#MyAbortionStory launched to show Ireland reality of abortion
27 February 2018
The reality of Repeal
"I often saw women coming in for abortion in great distress, and sometimes under obvious duress from their partners."
The Save the 8th Campaign has launched a new platform to give a voice to those who have experienced first hand the reality of legalised abortion.
The truth behind Repeal
The #MyAbortionStory shares the stories of former abortion workers, nurses who have seen children who survived abortion and women hurt by abortion and will include billboards and social media videos.
Two healthcare workers, who feature on the billboards, spoke at the launch event yesterday. Caren Ní hAllacháin, a nurse, told the press conference that she had witnessed a baby who survived an abortion, but had been powerless to help the child because abortion was legal and she was not permitted to intervene, while Noel Patrún recounted his experience in assisting with abortions in a UK hospital.
"It will haunt me for the rest of my life"
Ms Ní hAllacháin describes how, when working as an agency nurse in Sydney, she found a 22 week old baby struggling to breathe in a kidney dish, where he'd been left to die after an abortion. "I was a young nurse and I did not know what to do," she said.
"Because this was an abortion I wasn’t allowed to intervene, I couldn’t get help for the baby, I couldn’t hold him or comfort him, or get oxygen for him or ask anyone to help him live. To see that baby trying to breathe, and nobody helping him, was so distressing and it will haunt me for the rest of my life.
"I fear for nurses like me if this abortion proposal is passed, and for the culture it will create in Irish hospitals," she continued. "I fear that doctors will be expected to sit in judgement on the value of a baby’s life because of a suspected abnormality. There is a heart-breaking reality to repealing the 8th amendment and legalising abortion that is largely being ignored. I never want any nurse to see the heart-breaking reality that I saw."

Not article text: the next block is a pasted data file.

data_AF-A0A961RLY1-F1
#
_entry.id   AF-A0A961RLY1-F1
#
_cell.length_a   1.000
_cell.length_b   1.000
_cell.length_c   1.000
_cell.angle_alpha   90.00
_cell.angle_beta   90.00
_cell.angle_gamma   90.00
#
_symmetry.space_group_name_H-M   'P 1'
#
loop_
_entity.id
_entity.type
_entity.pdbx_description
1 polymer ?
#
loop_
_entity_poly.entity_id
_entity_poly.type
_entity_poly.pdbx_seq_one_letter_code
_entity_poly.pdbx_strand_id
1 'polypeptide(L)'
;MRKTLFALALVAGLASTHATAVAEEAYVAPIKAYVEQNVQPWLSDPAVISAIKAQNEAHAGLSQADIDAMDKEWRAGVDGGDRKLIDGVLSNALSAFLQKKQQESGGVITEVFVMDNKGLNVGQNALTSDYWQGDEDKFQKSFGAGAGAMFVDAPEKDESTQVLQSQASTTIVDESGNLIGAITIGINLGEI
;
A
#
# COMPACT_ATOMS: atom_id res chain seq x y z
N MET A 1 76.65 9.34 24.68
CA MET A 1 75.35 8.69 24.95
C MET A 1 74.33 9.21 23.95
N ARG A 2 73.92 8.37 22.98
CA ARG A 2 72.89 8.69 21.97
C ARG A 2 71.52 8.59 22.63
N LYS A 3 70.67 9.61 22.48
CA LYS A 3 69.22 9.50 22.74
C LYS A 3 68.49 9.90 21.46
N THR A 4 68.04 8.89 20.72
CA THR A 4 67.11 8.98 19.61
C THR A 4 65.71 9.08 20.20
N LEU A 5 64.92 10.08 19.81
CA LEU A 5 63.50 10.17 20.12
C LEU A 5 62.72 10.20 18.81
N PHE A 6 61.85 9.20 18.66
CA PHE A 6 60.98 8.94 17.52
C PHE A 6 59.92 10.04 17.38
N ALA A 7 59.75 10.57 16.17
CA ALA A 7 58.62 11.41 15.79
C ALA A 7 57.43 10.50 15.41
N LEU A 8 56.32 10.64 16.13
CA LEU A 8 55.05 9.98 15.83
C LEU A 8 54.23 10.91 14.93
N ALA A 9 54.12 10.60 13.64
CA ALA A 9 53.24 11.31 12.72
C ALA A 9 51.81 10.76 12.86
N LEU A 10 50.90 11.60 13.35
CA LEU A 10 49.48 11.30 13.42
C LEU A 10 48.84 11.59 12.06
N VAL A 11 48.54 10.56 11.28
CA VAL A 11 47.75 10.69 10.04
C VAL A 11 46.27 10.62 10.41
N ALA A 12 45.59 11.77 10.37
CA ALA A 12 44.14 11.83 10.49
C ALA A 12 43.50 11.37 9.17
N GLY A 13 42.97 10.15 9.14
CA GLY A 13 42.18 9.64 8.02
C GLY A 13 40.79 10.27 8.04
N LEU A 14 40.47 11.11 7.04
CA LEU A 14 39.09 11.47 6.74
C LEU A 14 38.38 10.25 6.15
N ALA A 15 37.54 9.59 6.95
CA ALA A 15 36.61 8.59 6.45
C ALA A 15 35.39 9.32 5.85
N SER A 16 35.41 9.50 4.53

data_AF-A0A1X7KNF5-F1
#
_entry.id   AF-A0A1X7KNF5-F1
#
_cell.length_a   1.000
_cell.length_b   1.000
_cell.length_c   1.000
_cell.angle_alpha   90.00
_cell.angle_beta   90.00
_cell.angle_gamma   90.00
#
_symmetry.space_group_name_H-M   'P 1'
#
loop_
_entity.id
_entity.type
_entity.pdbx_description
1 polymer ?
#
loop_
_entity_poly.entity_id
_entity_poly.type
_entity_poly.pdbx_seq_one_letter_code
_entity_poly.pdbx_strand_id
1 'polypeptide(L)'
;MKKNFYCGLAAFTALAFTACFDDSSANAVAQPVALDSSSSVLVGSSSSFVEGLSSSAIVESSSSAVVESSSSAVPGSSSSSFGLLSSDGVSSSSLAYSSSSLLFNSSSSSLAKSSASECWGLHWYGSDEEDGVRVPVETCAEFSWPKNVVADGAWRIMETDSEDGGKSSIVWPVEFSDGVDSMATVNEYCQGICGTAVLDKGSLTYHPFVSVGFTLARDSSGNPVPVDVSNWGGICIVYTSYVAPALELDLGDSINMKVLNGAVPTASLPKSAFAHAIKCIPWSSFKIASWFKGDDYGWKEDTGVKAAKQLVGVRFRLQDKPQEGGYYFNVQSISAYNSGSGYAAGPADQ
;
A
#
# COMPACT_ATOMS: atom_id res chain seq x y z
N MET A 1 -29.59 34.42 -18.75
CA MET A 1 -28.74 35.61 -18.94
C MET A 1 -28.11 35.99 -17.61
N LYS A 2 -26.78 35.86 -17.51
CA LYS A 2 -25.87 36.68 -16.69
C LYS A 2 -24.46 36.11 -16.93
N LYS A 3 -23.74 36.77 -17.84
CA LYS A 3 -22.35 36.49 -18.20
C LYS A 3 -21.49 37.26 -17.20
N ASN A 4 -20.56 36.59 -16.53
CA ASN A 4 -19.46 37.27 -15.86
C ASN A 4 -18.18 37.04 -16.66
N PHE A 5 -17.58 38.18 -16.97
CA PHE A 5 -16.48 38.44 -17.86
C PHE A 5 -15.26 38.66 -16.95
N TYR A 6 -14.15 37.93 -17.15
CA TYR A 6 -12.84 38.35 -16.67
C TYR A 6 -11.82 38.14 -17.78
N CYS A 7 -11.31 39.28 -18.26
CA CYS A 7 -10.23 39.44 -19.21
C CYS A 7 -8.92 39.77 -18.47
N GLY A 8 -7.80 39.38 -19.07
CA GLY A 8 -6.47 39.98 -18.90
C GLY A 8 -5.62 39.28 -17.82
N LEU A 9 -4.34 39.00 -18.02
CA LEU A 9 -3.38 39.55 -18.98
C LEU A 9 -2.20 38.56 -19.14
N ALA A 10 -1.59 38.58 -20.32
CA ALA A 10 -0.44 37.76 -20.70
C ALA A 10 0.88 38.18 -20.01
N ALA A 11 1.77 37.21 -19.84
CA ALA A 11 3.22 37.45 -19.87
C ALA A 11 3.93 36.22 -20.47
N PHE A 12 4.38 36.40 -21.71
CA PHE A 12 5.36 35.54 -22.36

Noel Patrún, a psychiatric nurse who also worked as a scrub nurse for a considerable period of time in gynaecology & obstetric theatre units in the UK and who assisted in carrying out abortions said the Eighth Amendment was a "good law", adding that mental health difficulties among women following terminations was a "silent epidemic in Britain".
"I got placed in gynaecology and obstetrics theatre department, which also handled STOPs which are suction terminations of pregnancies," he told the press conference. "I often saw women coming in for abortion in great distress, and sometimes under obvious duress from their partners. Many other women came in on their own, because men do not man up and take responsibility, sending women for abortion while they were nowhere to be seen. I heard patients say ‘my boyfriend bullied me into this’. It began to prick my conscience that what was being described as a matter of choice felt more like women having no choice because they were being bullied and coerced into having an abortion."
Freedom of conscience
Mr Patrún also exposed the lack of conscience protection for healthcare professionals. "When I told my Charge Nurse however that I didn’t want to do terminations anymore I was shocked and upset to find that, in reality, my right to opt-out of performing abortions was not protected. I continued to be restored to assist with abortions despite repeatedly stating that I did not want to do terminations anymore. I then became the target of persistent bullying, and experienced verbal attacks and psychological harassment which became more and more difficult to endure. In the end I was forced to leave my job."
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